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Forget Big Data, the value is in 'Big Answers'

Rob Enderle | March 4, 2013
CEOs aren't interested in the Big Data process, they want game-changing insights

Knowing this, EMC is able to better target products, services, software, support and executive relationships to maximize customer loyalty. The end result has been an increase in profitability and market share. This program is so successful that the guy who created it, Vice President of Quality Jim Bampos, is now selling it to partners and customers who demanded that EMC productize it.

EMC has taken this one step further by analyzing competitors' customers so it can turn those companies into EMC advocates and customers. This process mirrors the way Obama won the 2012 election, it's currently unmatched in the IT industry and, given the performance increases on display in the new Greenplum Pivotal HD platform, it may quickly become unstoppable.

Look for Big Answers in All That Big Data

To the executive funding the big data effort, the process of storing, managing, protecting and optimizing the data isn't interesting. Yes, it has to be done, but what the executive wants is a timely answer to win in the market and advance his or her career. Focusing on the data itself won't get that done. What will? Information the executive can actually use.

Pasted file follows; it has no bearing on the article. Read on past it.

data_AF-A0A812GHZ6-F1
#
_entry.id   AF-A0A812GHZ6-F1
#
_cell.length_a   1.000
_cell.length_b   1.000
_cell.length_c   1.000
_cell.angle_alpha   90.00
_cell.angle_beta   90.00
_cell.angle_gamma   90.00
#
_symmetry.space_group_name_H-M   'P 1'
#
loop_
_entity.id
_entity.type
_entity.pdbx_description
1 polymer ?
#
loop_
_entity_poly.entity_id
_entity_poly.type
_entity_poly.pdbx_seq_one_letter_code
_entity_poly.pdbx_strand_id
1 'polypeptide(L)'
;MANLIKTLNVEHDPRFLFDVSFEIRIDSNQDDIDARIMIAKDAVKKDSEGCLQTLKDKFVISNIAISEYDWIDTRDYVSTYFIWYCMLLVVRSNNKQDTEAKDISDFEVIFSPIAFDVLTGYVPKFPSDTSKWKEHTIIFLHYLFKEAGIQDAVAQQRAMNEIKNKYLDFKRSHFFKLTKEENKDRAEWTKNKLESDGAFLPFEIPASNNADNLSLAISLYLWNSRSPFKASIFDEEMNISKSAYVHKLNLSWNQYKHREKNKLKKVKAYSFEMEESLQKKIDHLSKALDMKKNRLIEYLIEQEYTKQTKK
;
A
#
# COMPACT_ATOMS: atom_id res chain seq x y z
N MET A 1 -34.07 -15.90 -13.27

This is why Reed argues that the whole idea of big data focuses on the wrong thing. People don't want data; they want critical, accurate answers quickly. That's the nature of the Pivotal HD announcement, and that's why it's important to understand how Barack Obama won an election he was expected to lose. A similar focus on big answers, not big data, could better assure your own company's success.


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